Trends in culturally relevant interface design features for Latino Web site users
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There is a lack of published research on designing Web-based instruction for the adult U.S. Latino population. Instructional designers need guidance on how to design culturally relevant learning environments for this audience, particularly for Latino people from Mexican heritage. The authors used content analysis to investigate the extent to which 20 U.S. state food stamp Web sites and 20 Mexican state government Web sites contained culturally relevant interface features targeted at the Spanish-speaking Latino population. Web sites were coded for 10 features distilled from Hofstede’s work on cultural differences. Results indicated that more culturally and linguistically relevant features, including Hofstede’s dimensions of collectivism, power distance, and uncertainty avoidance, as well as adequacy of information in Spanish, were found on Mexican than on U.S. Web sites. The findings suggest that Hofstede’s cultural dimensions theory might provide a useful framework for designing Web-based resources for the adult U.S. Spanish-speaking Latino population and provides additional evidence to further investigate if Web-based interface features tailored for U.S. Latino Web users motivate users, strengthen communication, and promote learning.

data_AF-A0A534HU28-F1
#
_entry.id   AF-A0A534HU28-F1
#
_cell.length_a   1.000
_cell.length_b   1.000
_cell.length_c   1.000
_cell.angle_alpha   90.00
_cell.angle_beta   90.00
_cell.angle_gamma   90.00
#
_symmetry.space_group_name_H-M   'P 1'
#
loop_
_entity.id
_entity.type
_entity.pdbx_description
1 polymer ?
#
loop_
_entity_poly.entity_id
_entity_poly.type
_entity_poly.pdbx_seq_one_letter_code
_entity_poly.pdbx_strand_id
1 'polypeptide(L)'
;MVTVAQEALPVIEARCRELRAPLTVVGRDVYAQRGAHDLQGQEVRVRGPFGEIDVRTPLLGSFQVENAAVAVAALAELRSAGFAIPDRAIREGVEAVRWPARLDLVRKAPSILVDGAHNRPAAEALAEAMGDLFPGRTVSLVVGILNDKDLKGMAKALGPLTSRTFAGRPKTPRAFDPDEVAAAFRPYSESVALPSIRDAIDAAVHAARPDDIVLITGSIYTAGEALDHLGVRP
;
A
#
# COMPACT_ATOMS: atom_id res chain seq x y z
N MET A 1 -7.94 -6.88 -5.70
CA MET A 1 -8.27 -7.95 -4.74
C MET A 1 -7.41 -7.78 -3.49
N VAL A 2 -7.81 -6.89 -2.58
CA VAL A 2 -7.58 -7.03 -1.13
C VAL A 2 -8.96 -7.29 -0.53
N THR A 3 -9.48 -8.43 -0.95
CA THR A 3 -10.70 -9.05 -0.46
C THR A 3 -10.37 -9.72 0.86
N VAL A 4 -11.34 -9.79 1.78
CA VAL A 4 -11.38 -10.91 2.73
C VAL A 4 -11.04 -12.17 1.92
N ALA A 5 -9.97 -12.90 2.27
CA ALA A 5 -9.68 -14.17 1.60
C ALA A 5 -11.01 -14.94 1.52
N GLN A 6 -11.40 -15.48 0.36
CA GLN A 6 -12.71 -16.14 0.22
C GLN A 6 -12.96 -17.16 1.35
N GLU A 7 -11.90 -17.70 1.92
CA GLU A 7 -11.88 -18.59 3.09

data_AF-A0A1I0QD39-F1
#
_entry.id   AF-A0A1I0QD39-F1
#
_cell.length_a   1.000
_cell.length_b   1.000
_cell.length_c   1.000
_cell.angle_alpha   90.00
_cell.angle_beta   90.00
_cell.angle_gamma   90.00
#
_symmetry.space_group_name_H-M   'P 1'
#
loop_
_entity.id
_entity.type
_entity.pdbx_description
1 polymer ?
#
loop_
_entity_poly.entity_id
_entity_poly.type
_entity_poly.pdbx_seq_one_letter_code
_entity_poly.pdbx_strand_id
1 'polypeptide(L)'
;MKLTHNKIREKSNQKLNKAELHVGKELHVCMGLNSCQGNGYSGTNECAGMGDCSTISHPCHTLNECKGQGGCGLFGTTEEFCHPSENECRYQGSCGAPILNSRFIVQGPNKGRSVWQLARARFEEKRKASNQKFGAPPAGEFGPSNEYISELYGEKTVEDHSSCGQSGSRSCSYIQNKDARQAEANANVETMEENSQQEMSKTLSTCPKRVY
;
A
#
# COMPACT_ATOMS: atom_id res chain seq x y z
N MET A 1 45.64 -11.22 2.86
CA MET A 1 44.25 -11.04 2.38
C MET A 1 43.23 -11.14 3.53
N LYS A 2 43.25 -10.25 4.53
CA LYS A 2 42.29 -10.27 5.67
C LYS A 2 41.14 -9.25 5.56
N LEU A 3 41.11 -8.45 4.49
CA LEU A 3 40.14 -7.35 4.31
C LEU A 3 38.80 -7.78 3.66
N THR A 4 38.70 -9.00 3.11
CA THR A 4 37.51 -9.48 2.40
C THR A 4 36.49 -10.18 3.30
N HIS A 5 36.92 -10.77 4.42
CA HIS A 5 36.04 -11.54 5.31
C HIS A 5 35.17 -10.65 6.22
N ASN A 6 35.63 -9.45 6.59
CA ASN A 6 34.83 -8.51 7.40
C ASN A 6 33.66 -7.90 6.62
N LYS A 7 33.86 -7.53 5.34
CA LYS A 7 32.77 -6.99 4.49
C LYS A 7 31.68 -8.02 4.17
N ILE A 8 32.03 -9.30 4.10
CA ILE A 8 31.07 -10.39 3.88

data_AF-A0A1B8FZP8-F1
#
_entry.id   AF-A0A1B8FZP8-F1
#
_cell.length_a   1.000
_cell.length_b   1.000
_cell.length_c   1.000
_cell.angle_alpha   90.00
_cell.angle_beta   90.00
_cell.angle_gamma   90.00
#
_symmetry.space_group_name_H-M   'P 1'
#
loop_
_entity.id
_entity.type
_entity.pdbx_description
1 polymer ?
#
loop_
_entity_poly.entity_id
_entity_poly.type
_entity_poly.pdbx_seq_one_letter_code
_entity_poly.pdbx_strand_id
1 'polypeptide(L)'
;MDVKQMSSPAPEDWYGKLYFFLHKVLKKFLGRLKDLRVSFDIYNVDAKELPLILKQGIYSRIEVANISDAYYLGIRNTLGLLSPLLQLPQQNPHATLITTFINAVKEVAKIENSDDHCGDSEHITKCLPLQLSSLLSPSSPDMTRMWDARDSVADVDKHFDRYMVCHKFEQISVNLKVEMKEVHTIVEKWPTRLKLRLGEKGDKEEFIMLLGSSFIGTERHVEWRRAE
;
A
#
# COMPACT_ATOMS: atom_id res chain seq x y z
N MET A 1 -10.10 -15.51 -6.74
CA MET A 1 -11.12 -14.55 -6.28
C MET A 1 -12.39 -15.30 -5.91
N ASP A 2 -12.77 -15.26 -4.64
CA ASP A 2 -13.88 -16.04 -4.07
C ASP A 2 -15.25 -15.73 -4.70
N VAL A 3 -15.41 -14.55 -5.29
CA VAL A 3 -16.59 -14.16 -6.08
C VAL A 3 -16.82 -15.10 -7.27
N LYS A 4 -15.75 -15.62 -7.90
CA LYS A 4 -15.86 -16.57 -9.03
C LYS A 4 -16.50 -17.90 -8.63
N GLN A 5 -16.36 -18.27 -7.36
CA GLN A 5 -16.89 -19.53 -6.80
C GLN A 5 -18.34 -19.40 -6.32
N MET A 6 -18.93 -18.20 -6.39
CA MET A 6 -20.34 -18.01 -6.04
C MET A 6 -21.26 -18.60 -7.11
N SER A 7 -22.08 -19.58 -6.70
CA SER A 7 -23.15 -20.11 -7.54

KeywordsLatino Hispanic Interface Culture Web site
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